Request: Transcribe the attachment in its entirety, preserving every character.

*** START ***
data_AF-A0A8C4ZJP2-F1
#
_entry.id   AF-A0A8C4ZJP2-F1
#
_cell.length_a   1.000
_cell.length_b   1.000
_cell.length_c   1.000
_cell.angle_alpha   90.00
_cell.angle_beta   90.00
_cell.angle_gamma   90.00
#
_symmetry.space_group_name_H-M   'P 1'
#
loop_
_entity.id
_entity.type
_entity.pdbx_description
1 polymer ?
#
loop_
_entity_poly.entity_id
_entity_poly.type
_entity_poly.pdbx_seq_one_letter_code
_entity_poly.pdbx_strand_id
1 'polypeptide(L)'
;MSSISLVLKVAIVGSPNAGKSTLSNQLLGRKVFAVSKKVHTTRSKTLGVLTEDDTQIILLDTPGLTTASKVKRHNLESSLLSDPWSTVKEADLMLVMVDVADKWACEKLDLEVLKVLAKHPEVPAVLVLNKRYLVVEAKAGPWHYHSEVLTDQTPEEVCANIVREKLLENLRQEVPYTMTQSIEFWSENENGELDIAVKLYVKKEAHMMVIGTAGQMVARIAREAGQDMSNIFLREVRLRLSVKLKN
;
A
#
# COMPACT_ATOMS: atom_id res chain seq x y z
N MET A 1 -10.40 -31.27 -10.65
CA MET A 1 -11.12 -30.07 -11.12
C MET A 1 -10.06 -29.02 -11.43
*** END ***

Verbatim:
data_AF-A0A8C4ZJP2-F1
#
_entry.id   AF-A0A8C4ZJP2-F1
#
_cell.length_a   1.000
_cell.length_b   1.000
_cell.length_c   1.000
_cell.angle_alpha   90.00
_cell.angle_beta   90.00
_cell.angle_gamma   90.00
#
_symmetry.space_group_name_H-M   'P 1'
#
loop_
_entity.id
_entity.type
_entity.pdbx_description
1 polymer ?
#
loop_
_entity_poly.entity_id
_entity_poly.type
_entity_poly.pdbx_seq_one_letter_code
_entity_poly.pdbx_strand_id
1 'polypeptide(L)'
;MSSISLVLKVAIVGSPNAGKSTLSNQLLGRKVFAVSKKVHTTRSKTLGVLTEDDTQIILLDTPGLTTASKVKRHNLESSLLSDPWSTVKEADLMLVMVDVADKWACEKLDLEVLKVLAKHPEVPAVLVLNKRYLVVEAKAGPWHYHSEVLTDQTPEEVCANIVREKLLENLRQEVPYTMTQSIEFWSENENGELDIAVKLYVKKEAHMMVIGTAGQMVARIAREAGQDMSNIFLREVRLRLSVKLKN
;
A
#
# COMPACT_ATOMS: atom_id res chain seq x y z
N MET A 1 -10.40 -31.27 -10.65
CA MET A 1 -11.12 -30.07 -11.12
C MET A 1 -10.06 -29.02 -11.43